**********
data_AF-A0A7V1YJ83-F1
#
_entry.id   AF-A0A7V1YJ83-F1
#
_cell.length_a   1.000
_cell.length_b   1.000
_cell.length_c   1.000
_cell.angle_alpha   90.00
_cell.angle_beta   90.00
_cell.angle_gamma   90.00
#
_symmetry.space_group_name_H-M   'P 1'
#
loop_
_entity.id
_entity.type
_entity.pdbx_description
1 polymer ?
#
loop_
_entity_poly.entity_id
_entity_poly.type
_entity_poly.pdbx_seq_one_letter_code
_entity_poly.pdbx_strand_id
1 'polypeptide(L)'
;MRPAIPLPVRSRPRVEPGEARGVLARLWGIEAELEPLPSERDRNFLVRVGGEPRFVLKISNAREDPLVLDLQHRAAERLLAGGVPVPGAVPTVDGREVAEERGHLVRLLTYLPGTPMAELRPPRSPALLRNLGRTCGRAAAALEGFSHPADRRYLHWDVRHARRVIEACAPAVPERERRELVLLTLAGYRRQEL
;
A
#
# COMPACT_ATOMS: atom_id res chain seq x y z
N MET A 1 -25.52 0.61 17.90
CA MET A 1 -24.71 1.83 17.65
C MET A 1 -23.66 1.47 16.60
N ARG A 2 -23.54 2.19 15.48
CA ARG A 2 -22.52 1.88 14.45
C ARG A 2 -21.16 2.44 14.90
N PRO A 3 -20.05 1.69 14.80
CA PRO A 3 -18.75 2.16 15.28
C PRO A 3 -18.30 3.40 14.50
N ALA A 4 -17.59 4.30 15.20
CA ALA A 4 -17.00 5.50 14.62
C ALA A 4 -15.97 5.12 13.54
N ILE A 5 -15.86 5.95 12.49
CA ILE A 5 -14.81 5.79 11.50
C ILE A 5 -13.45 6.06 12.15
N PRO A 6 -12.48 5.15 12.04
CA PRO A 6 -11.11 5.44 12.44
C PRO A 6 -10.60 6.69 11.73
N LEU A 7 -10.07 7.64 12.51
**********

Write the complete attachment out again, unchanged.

data_AF-A0A7V1YJ83-F1
#
_entry.id   AF-A0A7V1YJ83-F1
#
_cell.length_a   1.000
_cell.length_b   1.000
_cell.length_c   1.000
_cell.angle_alpha   90.00
_cell.angle_beta   90.00
_cell.angle_gamma   90.00
#
_symmetry.space_group_name_H-M   'P 1'
#
loop_
_entity.id
_entity.type
_entity.pdbx_description
1 polymer ?
#
loop_
_entity_poly.entity_id
_entity_poly.type
_entity_poly.pdbx_seq_one_letter_code
_entity_poly.pdbx_strand_id
1 'polypeptide(L)'
;MRPAIPLPVRSRPRVEPGEARGVLARLWGIEAELEPLPSERDRNFLVRVGGEPRFVLKISNAREDPLVLDLQHRAAERLLAGGVPVPGAVPTVDGREVAEERGHLVRLLTYLPGTPMAELRPPRSPALLRNLGRTCGRAAAALEGFSHPADRRYLHWDVRHARRVIEACAPAVPERERRELVLLTLAGYRRQEL
;
A
#
# COMPACT_ATOMS: atom_id res chain seq x y z
N MET A 1 -25.52 0.61 17.90
CA MET A 1 -24.71 1.83 17.65
C MET A 1 -23.66 1.47 16.60
N ARG A 2 -23.54 2.19 15.48
CA ARG A 2 -22.52 1.88 14.45
C ARG A 2 -21.16 2.44 14.90
N PRO A 3 -20.05 1.69 14.80
CA PRO A 3 -18.75 2.16 15.28
C PRO A 3 -18.30 3.40 14.50
N ALA A 4 -17.59 4.30 15.20
CA ALA A 4 -17.00 5.50 14.62
C ALA A 4 -15.97 5.12 13.54
N ILE A 5 -15.86 5.95 12.49
CA ILE A 5 -14.81 5.79 11.50
C ILE A 5 -13.45 6.06 12.15
N PRO A 6 -12.48 5.15 12.04
CA PRO A 6 -11.11 5.44 12.44
C PRO A 6 -10.60 6.69 11.73
N LEU A 7 -10.07 7.64 12.51